Dozens of small shop owners protested outside one of Wuhan’s biggest shopping malls to demand a cut in rent, in one of the first signs of unrest since authorities lifted a lockdown at the epicenter of the coronavirus outbreak.
Sitting down about one meter apart, the shop owners on Friday sat or kneeled outside the Grand Ocean Department Store, wearing masks and holding placards as police monitored. A day earlier they chanted “Exempt rental for a year, or refund the lease” in videos uploaded on the Chinese social media platform Sina Weibo that were quickly censored.
“Can’t survive” said a sign held by one woman who rented a stall at Grand Ocean, which also called on the landlord to return the rent and security deposit during the period of the lockdown.
The woman said the property developer in charge of the mall, which translates to World City, should exempt rent for them because 99 percent of protesters are small shop owners and they haven’t had any business since the virus outbreak. Most neighborhoods in the city are still facing string restrictions on movement and there’s little business traffic.
Another protester said the government didn’t respond after their protest yesterday, and said the police had assaulted people on Wednesday. None of the protesters Bloomberg spoke with revealed their names due to concern of retribution.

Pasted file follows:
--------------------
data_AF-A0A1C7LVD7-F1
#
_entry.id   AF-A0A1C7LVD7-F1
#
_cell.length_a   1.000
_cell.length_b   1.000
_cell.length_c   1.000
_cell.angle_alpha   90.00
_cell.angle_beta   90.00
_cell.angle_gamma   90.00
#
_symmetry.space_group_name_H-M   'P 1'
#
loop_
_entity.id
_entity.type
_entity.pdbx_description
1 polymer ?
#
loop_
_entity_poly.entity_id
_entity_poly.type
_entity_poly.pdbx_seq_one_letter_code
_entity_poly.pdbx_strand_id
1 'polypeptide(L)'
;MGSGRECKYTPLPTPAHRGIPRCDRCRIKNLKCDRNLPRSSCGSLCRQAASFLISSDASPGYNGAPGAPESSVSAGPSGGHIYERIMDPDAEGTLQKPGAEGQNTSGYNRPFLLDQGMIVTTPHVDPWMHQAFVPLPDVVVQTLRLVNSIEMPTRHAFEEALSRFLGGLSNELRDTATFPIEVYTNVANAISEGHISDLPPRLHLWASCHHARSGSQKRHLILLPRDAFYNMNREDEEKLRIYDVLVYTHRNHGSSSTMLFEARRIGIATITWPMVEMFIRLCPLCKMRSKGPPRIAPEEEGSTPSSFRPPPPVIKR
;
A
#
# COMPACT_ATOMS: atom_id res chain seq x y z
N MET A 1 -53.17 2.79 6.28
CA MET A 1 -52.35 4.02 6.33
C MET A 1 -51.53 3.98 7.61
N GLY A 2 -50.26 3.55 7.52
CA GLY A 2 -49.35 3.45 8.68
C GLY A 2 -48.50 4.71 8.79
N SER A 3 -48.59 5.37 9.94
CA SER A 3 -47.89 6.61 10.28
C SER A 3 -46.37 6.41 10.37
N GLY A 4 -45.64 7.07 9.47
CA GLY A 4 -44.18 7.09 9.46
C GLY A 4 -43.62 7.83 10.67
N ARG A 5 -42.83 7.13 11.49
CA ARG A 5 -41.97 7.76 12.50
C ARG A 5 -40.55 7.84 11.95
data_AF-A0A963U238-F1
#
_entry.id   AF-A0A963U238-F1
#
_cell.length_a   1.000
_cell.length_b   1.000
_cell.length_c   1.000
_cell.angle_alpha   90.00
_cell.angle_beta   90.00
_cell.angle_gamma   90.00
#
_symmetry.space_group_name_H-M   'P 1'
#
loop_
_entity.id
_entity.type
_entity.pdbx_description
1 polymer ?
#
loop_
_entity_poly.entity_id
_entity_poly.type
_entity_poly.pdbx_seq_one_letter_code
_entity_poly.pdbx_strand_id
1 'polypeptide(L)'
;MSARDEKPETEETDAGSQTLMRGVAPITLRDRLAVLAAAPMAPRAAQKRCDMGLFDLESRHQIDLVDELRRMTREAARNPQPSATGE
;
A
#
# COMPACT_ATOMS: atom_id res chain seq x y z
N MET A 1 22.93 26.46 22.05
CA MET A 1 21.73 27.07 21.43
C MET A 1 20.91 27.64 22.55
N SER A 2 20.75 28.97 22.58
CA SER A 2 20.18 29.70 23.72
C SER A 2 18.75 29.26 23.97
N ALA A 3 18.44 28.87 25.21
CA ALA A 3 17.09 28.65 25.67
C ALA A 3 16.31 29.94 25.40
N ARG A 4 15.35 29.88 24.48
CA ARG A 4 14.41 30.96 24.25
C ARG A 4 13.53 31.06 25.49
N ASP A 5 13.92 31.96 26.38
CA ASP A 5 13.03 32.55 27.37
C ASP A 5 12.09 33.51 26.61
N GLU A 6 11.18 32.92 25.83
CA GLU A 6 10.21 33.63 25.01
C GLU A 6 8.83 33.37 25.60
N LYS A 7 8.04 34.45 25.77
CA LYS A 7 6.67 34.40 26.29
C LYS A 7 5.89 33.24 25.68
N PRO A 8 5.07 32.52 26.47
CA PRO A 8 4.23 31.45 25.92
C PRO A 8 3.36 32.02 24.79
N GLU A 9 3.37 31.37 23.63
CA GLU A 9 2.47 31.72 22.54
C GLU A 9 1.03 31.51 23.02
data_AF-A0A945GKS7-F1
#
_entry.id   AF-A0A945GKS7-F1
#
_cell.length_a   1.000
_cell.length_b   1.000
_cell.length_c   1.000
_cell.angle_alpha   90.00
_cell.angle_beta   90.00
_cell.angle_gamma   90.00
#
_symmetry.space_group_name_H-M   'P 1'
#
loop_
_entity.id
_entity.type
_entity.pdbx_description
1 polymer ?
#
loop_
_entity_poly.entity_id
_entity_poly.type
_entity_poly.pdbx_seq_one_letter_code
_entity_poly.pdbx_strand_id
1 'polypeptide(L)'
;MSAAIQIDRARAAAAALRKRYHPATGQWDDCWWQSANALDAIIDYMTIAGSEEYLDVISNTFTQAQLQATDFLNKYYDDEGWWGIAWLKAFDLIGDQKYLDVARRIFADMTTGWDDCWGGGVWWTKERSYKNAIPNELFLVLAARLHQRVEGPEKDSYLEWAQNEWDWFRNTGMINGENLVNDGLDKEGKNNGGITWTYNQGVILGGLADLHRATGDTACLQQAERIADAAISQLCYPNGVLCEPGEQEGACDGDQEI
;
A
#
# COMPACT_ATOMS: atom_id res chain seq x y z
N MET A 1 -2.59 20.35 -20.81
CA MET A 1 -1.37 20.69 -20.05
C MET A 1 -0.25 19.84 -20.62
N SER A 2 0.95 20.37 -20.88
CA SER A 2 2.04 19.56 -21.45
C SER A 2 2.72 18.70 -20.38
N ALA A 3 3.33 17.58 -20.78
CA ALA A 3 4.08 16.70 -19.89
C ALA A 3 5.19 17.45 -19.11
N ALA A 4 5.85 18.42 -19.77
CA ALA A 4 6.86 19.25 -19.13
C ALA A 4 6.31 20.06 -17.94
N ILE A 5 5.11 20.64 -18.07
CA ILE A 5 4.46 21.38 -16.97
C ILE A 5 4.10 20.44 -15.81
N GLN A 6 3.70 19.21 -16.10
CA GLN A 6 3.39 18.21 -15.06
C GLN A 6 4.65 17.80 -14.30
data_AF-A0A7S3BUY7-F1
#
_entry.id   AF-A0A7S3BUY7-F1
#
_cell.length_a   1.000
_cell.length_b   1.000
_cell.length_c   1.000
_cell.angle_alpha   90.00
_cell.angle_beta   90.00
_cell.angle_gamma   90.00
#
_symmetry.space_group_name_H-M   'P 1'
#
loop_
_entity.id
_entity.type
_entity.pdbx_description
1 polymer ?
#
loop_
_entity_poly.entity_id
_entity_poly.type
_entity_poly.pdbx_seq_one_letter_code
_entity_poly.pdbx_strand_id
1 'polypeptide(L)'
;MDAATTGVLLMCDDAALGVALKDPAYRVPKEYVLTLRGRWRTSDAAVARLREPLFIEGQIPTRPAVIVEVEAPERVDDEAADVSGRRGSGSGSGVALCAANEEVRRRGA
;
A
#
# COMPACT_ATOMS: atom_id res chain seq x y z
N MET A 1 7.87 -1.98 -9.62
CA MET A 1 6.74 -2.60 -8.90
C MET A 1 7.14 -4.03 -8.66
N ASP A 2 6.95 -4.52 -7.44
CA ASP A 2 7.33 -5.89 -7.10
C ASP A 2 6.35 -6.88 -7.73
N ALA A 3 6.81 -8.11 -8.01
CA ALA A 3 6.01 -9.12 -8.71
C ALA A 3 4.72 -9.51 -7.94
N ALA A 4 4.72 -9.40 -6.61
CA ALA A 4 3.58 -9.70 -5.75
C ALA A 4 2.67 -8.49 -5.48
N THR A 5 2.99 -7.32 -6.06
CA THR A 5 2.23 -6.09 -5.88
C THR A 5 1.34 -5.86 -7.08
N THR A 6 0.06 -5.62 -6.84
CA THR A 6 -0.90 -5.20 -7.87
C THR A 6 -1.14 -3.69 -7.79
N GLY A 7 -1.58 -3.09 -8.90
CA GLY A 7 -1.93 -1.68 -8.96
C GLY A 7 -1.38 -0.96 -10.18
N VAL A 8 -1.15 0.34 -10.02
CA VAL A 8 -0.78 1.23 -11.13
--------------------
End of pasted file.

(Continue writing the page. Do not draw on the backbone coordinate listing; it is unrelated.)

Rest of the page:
A woman who answered the phone at World City said they haven’t restarted work and couldn’t answer questions. A call to Grand Ocean’s general office was not answered.
Wuhan officially emerged on Wednesday from a mass quarantine put in place on Jan. 23. The strict restrictions helped China stem the outbreak of the deadly disease known as Covid-19, but it also led to a deep slump in investment and consumption that pushed the economy into its most dire situation in decades.
The demonstration, however small, shows the challenges President Xi Jinping now faces in getting millions of people back to work all while preventing a second wave of infections. Early in the crisis, Xi warned the virus posed a threat to “social stability” in China, and since then he’s seen tensions flare both within the country and with the U.S., its main export market.
The protest in Wuhan this week comes after earlier violent clashes on the border of surrounding Hubei province and neighboring Jiangxi province in late March. Scenes captured on videos posted on social media showed Hubei police clashing with officers from Jiangxi who wanted to keep the border closed.
China has recently signaled its desire to deal with any signs of dissent harshly. Earlier this week, Chinese authorities placed outspoken property tycoon Ren Zhiqiang under investigation after a copy of an essay widely attributed to him criticizing the government’s virus response was circulated on social media.
In a time of both misinformation and too much information, quality journalism is more crucial than ever.
By subscribing, you can help us get the story right.
Your news needs your support
Since the early stages of the COVID-19 crisis, The Japan Times has been providing free access to crucial news on the impact of the novel coronavirus as well as practical information about how to cope with the pandemic. Please consider subscribing today so we can continue offering you up-to-date, in-depth news about Japan.